Virginia Woolf here gives us possibly the best ever description of her own writing method, especially fitting for this novel and The Waves – “Beautiful and bright it should be on the surface, feathery and evanescent, one colour melting into another like the colours on a butterfly’s wing; but beneath the fabric must be clamped together with bolts of iron. It was to be a thing you could ruffle with your breath; and a thing you could not dislodge with a team of houses.”
Perhaps the first thing to say about To the Lighthouse is what an utterly brilliant depiction it is of a seaside holiday home, especially as experienced through the eyes of a child. It brought vividly to life so many of my own memories of sleeping in a room where the sound of the waves came in through the window at night and sand crunches underfoot everywhere. Every moment in To the Lighthouse is a defining moment, a moment in which identity is forged, memory is made, knowledge is gathered; every moment creates a ghost of itself which will survive the ravages of time. The seaside holiday home is among the most treasured historical sites for the archaeologist in us all, our Mycenae, our Troy, a place from which we can trace the rudiments of identity.
On the surface To the Lighthouse is about two trips to a lighthouse, one aborted, the other realised. In between the first world war happens and we pass from the Victorian age to the Edwardian. Lily Briscoe, a painter, is the novel’s principle touchstone. It’s she who the novel will liberate. Just as The Waves is a wholly original restructuring of the form of biography, To the Lighthouse is a wholly original restructuring of the form of autobiography. Though Virginia is absent in any literal sense from To the Lighthouse she pervades it. Mr and Mrs Ramsey are clearly portraits of her parents – and what fantastic living portraits they are. Lily Briscoe isn’t their daughter in the novel but essentially, through Lily, what we’re reading about is Virginia Woolf’s journey from stifled Victorian young girl to creative Edwardian woman. It’s probably the best book ever about women’s liberation.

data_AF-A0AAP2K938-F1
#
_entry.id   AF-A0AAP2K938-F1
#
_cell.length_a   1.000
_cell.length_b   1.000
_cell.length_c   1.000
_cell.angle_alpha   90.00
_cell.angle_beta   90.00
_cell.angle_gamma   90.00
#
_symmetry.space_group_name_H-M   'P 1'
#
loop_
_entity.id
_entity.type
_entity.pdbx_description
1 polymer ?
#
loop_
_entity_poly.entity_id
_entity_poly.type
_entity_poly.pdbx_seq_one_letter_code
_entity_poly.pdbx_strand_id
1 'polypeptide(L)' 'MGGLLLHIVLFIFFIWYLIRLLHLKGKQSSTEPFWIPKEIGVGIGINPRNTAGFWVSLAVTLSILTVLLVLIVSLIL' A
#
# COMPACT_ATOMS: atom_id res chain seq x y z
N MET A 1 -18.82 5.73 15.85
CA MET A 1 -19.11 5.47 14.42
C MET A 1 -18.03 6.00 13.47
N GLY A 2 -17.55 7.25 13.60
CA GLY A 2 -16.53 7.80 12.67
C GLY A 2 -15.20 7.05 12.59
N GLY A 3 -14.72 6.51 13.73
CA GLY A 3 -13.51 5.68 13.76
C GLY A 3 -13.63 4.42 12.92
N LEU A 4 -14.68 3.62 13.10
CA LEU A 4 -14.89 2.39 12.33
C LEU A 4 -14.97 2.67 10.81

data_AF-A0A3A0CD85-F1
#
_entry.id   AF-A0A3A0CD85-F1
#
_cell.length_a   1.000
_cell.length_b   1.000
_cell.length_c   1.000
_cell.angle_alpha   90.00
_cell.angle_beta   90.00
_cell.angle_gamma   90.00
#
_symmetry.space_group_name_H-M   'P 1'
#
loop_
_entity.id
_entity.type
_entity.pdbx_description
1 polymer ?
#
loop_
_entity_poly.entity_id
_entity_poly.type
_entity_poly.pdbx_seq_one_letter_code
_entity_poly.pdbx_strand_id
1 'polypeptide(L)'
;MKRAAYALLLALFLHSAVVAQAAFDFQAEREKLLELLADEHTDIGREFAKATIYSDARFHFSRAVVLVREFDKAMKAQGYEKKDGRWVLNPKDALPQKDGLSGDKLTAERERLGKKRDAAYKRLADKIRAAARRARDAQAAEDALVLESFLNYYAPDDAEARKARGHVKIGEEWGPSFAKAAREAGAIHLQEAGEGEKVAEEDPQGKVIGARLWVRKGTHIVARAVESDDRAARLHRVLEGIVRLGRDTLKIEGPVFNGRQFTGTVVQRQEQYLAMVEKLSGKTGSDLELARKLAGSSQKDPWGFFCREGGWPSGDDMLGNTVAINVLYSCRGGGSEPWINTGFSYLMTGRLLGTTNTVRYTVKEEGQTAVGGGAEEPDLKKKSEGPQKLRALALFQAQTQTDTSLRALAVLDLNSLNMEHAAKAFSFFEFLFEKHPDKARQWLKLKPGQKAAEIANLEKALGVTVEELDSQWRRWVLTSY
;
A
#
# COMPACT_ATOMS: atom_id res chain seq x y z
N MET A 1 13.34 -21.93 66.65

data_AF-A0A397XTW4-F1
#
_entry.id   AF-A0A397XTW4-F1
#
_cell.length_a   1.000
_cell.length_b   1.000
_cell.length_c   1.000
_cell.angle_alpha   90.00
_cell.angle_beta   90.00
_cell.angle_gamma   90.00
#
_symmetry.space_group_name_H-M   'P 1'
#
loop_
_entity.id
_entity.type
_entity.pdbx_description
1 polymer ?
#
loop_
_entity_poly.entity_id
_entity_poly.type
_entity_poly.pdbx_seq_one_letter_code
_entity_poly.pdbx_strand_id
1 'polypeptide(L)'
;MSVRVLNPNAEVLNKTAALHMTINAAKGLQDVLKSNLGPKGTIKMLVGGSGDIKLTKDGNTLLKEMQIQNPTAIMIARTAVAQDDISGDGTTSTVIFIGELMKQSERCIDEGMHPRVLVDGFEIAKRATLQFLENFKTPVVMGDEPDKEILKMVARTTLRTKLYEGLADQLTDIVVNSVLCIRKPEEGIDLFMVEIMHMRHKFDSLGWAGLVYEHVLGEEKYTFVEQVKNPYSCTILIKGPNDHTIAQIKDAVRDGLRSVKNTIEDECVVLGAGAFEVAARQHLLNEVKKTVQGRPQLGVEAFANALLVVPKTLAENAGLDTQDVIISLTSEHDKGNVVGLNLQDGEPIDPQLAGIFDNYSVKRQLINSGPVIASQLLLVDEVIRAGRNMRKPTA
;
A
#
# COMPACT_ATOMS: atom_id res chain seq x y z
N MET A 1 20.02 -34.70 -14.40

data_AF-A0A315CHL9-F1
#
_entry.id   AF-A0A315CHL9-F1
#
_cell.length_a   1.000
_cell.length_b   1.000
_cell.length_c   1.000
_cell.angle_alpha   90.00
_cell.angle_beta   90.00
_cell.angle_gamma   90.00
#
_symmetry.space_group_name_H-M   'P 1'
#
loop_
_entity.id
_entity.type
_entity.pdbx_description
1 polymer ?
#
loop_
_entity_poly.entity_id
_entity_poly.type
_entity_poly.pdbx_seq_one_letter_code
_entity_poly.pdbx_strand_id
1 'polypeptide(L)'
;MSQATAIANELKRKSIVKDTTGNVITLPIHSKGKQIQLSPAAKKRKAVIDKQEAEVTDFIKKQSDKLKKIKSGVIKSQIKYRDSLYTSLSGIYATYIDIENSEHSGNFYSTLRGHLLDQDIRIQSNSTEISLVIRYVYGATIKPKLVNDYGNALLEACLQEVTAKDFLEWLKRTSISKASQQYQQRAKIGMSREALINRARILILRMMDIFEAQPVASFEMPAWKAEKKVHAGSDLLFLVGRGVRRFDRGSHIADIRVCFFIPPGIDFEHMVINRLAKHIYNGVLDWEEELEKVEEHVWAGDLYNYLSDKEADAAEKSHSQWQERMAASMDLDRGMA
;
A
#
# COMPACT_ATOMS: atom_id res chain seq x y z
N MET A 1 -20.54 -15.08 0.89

A lot has been written about the significance of the Lighthouse. Basically, its light, seen from afar at night, is a magical presence; seen close up in the light of day it is a prosaic thing without wonder. In that sense it’s like Gatsby’s green light. But whereas Fitzgerald chose to depict this light as essentially illusory, albeit with a high inspirational charge, Woolf perhaps sees that light as a representation of those heightened moments of sensibility, or “moments of being” as she called them, when, for a fleeting moment, we carry a candle into the dark and catch sight of a vision informed by understanding, wholeness, an enduring significance.
As a footnote I have to comment on how comically inept the synopsis of this novel is. Lily spends the entire novel trying to work out the truth of who Mr and Mrs Ramsey are. The author of the synopsis has no such difficulty – they’re both nailed down with a two worded epithet – “tragic yet absurd” and “serene and maternal”. We’re then told “As time winds its way through their lives, the Ramsays face, alone and simultaneously, the greatest of human challenges and its greatest triumph–the human capacity for change.” Mrs Ramsey though is only alive for one day in this novel so I’m not sure how she faces any challenge of change and Mr Ramsey barely changes at all. Lily, the novel’s most important character, doesn’t even get a mention.